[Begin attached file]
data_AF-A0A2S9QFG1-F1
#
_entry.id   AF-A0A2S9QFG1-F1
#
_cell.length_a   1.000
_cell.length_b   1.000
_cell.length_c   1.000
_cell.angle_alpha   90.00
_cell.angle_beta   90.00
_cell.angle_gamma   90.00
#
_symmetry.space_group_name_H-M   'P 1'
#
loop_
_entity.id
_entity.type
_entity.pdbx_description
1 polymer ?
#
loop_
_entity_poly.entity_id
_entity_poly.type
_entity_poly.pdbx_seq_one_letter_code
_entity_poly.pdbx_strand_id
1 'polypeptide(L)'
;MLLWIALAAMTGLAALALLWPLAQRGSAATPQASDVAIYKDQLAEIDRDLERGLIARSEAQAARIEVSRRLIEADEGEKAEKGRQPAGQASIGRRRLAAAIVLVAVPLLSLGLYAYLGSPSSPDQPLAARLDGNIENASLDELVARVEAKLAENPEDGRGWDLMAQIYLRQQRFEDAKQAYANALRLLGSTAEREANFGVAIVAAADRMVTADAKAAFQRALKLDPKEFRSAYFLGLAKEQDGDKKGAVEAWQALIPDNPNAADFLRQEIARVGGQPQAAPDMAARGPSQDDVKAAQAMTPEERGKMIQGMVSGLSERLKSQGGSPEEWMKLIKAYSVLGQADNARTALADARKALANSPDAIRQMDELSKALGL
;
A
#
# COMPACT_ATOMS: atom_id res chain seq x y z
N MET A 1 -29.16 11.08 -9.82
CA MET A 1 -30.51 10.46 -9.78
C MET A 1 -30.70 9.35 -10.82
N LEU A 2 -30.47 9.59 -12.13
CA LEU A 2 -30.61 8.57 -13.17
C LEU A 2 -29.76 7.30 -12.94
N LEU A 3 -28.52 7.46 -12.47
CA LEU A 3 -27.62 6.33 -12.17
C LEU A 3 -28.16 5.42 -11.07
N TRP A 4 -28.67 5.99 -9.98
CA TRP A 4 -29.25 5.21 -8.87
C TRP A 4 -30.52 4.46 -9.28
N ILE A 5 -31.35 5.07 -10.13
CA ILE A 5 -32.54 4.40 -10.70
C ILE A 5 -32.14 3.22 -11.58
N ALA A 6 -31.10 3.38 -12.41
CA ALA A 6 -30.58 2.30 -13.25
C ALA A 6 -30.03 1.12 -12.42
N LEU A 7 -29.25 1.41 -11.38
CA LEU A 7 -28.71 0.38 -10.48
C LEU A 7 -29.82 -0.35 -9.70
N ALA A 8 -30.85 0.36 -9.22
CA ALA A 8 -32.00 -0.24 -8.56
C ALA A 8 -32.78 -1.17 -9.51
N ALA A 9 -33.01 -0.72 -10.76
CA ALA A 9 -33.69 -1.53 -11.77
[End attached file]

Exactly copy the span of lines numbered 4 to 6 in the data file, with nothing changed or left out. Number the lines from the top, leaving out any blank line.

#
_cell.length_a   1.000
_cell.length_b   1.000